My mouth is dry. I fling the covers off and go to the kitchen to make coffee.

Downstairs I count out spoonfuls of dark brown powder and wait for the kettle to boil, half-listening to the rolling water and tapping my fingers on the counter as my thoughts turn. Of all the mornings in the world not to be running, this is the very worst. Now more than ever I need the soothing anaesthetic of a steady pace, a thumping heart; the back-and-forth piston of my arms and the sound of my own breathing loud in my ears. I need to be distracted by physical effort to shut down this noise in my head.

I pour the coffee and sip and pace. In my skittish state the hot, bitter liquid goes straight through me and I have to bolt for the bathroom. I realise I am actually trembling.

From upstairs comes the sound of baby Betty waking up. I hurry to prepare the breakfast things, glancing up and out of the window as I do so. The grey sky looks back at me neutrally. There are no birds, no neighbourhood cats stalking through the bushes. Even next door's rag-tag bunch of kids are still indoors and silent. The suggestion of a breeze lifts one or two leaves on the willow tree. I am aware of an intense feeling of anticipation. Even the garden seems to be holding its breath.

Breaking the silence, my phone pings with another good-luck message from a friend. I mutter ungraciously under my breath. I wish I hadn't told anyone now, I think, blatantly ignoring the nonsense of this. (The kindness and generosity of my friends and family means the National Autistic Society will reap £1,000 when I cross the finish line on Sunday.) If only nobody knew what I was up to and I could slope off and do this thing with no expectations.

And another thing -- what on earth am I going to wear? The heatwave has passed, thank goodness, but it's not entirely clear whether autumn has properly arrived either. I scroll feverishly through weather forecasts, which mention a cool start, a warmer morning, possibly rain, possibly winds. Layers? A hat? Never has my wardrobe caused me such anxiety -- except perhaps for the last big date I went on, which happened almost exactly four years ago and resulted in the biggest love of my life.

Thinking about this I brighten and straighten my shoulders. I'm a good judge of character. This may be the first time I've done this but I've been around the block enough times to know when I'm onto a good idea.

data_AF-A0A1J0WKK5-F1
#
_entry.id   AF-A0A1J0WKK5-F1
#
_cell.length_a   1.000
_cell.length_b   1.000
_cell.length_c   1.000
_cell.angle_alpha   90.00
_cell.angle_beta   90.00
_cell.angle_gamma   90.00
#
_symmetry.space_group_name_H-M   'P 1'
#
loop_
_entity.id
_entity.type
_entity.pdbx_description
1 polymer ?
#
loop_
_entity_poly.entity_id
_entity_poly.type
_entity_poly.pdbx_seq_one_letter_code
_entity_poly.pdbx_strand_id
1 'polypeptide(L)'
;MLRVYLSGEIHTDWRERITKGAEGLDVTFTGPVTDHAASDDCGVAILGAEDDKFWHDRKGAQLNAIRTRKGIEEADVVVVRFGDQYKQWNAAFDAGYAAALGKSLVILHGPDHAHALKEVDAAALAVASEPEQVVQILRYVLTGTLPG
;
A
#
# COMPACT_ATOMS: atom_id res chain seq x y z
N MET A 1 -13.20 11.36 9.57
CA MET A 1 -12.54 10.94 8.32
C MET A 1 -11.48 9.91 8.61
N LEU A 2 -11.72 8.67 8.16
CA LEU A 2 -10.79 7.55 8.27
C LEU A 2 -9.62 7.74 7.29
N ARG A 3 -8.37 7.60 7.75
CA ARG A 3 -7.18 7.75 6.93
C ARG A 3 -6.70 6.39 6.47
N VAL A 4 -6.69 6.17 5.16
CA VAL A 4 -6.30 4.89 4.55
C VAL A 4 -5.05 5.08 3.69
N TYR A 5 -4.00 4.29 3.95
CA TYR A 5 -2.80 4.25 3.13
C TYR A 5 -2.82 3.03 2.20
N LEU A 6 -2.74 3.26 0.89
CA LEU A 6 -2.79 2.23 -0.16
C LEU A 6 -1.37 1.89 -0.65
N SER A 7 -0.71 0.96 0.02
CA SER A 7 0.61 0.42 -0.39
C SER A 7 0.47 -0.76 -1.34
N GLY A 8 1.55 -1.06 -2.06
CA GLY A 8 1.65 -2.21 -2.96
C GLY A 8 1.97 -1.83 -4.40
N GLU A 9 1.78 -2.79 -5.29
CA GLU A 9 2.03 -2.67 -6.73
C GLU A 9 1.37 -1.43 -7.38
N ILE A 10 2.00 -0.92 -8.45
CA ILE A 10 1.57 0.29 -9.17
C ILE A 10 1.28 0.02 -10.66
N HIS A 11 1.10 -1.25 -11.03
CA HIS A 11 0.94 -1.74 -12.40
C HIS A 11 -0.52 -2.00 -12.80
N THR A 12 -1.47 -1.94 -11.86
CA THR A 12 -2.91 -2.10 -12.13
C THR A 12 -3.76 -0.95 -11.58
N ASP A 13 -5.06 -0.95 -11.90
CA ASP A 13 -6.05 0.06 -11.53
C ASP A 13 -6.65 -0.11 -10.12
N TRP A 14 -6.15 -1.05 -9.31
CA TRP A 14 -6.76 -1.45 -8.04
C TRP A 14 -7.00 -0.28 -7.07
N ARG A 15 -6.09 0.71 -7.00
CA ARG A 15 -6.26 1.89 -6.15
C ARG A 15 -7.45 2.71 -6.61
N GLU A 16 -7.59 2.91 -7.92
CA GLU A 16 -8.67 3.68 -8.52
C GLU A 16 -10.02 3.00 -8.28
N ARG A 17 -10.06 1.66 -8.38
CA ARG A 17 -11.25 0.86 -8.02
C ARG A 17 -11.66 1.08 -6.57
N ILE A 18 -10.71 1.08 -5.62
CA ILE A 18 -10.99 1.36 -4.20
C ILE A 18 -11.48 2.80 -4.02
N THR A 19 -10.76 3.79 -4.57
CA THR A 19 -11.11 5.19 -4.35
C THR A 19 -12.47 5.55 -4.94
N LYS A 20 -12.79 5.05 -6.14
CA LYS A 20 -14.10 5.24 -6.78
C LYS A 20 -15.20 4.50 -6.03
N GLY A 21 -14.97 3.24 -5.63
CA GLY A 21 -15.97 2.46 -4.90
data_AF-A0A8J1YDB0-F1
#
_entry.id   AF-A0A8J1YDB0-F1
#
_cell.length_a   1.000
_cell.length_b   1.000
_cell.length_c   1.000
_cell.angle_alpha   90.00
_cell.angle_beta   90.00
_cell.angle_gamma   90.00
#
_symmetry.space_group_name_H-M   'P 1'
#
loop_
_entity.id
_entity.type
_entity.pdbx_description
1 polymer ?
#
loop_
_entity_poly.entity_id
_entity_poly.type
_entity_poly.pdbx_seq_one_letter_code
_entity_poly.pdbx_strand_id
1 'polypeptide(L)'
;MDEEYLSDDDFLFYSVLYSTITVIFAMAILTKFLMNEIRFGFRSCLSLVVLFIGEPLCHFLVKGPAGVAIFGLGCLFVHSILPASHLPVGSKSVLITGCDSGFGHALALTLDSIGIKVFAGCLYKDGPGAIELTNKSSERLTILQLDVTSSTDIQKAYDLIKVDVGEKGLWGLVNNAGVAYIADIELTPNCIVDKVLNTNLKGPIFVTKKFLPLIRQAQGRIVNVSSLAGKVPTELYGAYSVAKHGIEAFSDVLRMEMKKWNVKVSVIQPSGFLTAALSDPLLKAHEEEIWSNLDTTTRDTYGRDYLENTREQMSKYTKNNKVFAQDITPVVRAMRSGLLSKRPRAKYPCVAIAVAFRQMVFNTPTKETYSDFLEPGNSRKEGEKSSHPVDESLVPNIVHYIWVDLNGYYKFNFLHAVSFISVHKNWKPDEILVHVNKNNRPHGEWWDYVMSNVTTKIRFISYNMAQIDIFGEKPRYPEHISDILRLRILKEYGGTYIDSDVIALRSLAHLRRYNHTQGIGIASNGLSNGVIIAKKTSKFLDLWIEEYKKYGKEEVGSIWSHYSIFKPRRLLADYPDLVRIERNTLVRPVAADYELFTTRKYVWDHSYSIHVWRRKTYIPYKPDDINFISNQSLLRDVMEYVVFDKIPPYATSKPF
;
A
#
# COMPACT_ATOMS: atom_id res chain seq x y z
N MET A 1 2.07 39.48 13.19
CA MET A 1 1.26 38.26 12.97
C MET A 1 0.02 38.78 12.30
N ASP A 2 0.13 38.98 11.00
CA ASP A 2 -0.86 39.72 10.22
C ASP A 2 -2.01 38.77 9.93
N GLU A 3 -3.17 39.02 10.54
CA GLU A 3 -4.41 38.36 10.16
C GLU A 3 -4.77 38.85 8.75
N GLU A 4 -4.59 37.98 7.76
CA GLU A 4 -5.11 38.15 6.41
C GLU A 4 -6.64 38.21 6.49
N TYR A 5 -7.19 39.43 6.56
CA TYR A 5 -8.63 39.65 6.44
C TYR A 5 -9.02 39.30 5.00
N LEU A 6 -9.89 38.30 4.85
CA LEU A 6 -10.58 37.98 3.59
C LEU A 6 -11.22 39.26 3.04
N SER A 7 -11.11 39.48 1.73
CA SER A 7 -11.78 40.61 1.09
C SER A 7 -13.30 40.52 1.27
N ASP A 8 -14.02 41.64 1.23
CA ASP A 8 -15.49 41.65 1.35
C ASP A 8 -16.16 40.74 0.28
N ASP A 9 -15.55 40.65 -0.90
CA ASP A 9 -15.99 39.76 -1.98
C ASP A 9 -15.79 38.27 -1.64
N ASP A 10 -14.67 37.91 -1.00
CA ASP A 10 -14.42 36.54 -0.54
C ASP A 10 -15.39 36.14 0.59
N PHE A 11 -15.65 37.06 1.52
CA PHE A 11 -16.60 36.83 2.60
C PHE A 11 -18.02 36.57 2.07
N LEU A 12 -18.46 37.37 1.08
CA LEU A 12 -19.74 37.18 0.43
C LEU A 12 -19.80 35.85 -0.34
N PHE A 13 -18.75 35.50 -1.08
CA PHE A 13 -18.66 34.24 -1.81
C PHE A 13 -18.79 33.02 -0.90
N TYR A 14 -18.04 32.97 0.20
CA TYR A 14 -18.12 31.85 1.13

And besides, how many dates involve thousands of spectators cheering you on?

Monday, 3 October 2011

Once more, with feeling

Of course, I spoke too soon.

I thought that it would get easier. Instead, I'm just getting used to how hard it is.

I'm writing this long-hand in my notebook, journeying home, as my fellow commuters read and doze and sway. One sitting close to me takes occasional glances at my notes. I do hope she isn't moved to ask if I'm alright. The first sign of sympathy is likely to start me wailing.

I'm slow and thick-headed and have been all day. This morning I felt the way I used to early on Saturdays in my rambunctious twenties: exhausted, dry-mouthed and headachy. Yet I had consumed no alcohol and knew I could not sleep it off or wait for the next day's fresh optimism and energy.

On Friday night Grace cried and cried as she recounted the latest incident of classroom teasing. On Sunday night, having steered her through an anxious weekend and hours of impenetrable homework, I cried and cried as I sat upright in bed in the darkness, unable to sleep for worrying about her. This morning, as we perched knee to knee on tiny chairs in her classroom, her teacher blinked back tears as she apologised for the way she had handled the incident.

It feels like Wonderland, as though like Alice we are all bobbing about in a sea of our own tears; struggling through the brine in a crazily distorted landscape and confronted with endless un-solvable riddles.